The Coalsack Nebula: the Black Magellanic Cloud

The Coalsack Nebula is located about 600 light-years away in the constellation of Crux — The Southern Cross. This huge object forms a conspicuous silhouette against the bright starry band of the Milky Way and has been known to people in the Southern Hemisphere for as long as our species has existed.

This image from the Wide Field Imager on the MPG/ESO 2.2-metre telescope shows part of the huge cloud of dust and gas known as the Coalsack Nebula. The dust in this nebula absorbs and scatters the light from background stars.

Coalsack Nebula, or Caldwell 99, is a dark nebula — a dense cloud of interstellar dust that completely blocks out visible wavelengths of light from objects behind it. A significant number of the dust particles in dark nebulae are coated with frozen water, nitrogen, carbon monoxide, and other simple organic molecules. This results in visible light being prevented from passing through the cosmic cloud. The small amount of starlight that makes it through appears to be on the redder side of the light spectrum.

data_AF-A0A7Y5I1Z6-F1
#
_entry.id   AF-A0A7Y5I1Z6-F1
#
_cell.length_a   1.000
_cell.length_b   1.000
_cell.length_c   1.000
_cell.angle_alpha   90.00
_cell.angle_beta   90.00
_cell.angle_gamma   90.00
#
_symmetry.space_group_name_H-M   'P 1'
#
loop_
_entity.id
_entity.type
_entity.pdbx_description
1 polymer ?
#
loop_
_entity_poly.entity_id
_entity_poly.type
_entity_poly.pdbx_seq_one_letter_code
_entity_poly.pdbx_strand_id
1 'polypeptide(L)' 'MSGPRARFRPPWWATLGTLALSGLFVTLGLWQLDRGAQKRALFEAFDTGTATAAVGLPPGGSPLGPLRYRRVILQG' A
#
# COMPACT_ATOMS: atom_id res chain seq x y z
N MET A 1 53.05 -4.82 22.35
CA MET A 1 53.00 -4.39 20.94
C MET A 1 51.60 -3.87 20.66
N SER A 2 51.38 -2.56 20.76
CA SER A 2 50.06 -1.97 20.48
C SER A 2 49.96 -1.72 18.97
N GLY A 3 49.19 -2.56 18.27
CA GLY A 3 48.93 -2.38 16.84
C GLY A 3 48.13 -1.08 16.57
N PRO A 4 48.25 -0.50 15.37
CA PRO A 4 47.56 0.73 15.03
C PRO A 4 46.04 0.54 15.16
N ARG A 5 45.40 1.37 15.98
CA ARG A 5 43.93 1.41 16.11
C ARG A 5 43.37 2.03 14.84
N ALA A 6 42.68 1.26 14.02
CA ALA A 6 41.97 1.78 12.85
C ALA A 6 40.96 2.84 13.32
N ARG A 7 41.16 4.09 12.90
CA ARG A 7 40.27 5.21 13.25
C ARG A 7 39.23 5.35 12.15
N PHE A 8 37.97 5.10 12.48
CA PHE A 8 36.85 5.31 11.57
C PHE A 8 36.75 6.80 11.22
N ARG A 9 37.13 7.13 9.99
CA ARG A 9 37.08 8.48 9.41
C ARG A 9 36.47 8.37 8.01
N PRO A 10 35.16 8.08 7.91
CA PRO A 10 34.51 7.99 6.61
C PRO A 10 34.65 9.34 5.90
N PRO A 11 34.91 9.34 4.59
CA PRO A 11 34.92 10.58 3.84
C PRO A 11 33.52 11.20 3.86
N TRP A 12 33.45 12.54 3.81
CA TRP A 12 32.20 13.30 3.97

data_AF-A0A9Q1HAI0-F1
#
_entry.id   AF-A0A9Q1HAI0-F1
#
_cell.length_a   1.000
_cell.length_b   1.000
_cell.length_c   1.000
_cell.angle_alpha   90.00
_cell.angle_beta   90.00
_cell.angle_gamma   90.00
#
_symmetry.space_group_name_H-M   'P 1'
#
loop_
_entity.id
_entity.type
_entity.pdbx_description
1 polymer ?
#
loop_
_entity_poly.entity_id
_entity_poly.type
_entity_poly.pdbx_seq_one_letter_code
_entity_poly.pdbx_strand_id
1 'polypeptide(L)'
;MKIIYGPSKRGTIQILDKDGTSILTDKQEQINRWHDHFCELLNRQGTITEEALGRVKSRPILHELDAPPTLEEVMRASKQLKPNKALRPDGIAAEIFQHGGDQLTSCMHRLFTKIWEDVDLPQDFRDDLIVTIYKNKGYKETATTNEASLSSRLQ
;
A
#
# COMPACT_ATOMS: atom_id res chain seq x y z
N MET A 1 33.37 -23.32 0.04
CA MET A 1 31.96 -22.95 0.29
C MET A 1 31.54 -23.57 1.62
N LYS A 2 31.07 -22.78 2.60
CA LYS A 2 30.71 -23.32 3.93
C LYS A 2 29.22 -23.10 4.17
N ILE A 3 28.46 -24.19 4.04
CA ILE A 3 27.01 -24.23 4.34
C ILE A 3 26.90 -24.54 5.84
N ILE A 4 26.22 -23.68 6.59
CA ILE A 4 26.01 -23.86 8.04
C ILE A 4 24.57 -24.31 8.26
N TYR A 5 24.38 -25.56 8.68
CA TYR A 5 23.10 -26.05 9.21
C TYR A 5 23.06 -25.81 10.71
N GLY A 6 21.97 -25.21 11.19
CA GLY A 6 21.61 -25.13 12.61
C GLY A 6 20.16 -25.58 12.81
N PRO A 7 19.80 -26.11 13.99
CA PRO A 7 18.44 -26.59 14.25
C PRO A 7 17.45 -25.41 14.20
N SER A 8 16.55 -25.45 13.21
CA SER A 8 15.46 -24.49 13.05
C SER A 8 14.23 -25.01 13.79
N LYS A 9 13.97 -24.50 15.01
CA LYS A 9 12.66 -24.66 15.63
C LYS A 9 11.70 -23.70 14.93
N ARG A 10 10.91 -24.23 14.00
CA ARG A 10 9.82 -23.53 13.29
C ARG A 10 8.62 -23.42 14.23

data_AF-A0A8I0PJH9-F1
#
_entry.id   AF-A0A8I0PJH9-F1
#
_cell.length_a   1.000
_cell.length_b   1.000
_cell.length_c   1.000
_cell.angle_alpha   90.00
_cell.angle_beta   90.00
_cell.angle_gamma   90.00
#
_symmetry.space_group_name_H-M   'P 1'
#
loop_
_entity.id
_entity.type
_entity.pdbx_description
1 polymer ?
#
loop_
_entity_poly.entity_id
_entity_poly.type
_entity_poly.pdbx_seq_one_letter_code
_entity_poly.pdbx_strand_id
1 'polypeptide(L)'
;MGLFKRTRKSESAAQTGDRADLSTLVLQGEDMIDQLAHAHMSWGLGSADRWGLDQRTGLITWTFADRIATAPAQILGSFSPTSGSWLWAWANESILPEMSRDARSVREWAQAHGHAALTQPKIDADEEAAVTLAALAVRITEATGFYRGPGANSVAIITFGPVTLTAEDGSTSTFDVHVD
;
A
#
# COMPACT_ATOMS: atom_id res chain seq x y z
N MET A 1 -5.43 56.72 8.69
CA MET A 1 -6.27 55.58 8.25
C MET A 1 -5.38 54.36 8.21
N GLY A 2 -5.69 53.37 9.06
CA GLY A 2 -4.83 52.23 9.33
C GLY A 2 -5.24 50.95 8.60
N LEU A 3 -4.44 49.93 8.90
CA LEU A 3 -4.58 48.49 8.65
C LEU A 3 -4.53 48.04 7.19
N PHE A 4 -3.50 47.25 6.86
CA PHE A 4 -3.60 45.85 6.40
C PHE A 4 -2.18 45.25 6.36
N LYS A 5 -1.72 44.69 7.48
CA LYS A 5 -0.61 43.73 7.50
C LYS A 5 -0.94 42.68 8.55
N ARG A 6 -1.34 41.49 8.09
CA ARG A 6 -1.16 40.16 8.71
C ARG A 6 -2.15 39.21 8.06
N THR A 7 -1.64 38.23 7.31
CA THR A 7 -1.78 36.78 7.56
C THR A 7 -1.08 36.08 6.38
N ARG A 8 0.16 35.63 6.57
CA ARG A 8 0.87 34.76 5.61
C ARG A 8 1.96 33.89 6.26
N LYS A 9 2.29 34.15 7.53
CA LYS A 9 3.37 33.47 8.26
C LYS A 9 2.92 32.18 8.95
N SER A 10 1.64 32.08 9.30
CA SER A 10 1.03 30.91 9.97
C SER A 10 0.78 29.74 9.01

The inky Coalsack Nebula was first reported in Europe in 1499 by the Spanish explorer Vicente Yáñez Pinzón. The Coalsack later got the nickname ‘the Black Magellanic Cloud’, because of its dark appearance compared to the bright glow of the two Magellanic Clouds, satellite galaxies of the Milky Way. The two bright Magellanic Cloud galaxies are also clearly visible in the southern sky and came to the attention of Europeans during Ferdinand Magellan’s explorations in the 16th century.

Millions of years from now, parts of the Coalsack will ignite, rather like its fossil fuel namesake, glowing with the light of new young stars.

I first heard of the Coalsack Nebula when I was a very young child, reading Eagle Comics featuring the fearless Dan Dare! In other fictional works, this nebula is mentioned in the Star Trek: The Original Series episodes “The Immunity Syndrome” and “Let That Be Your Last Battlefield”, as well as 2001: A Space Odyssey by Arthur C. Clarke.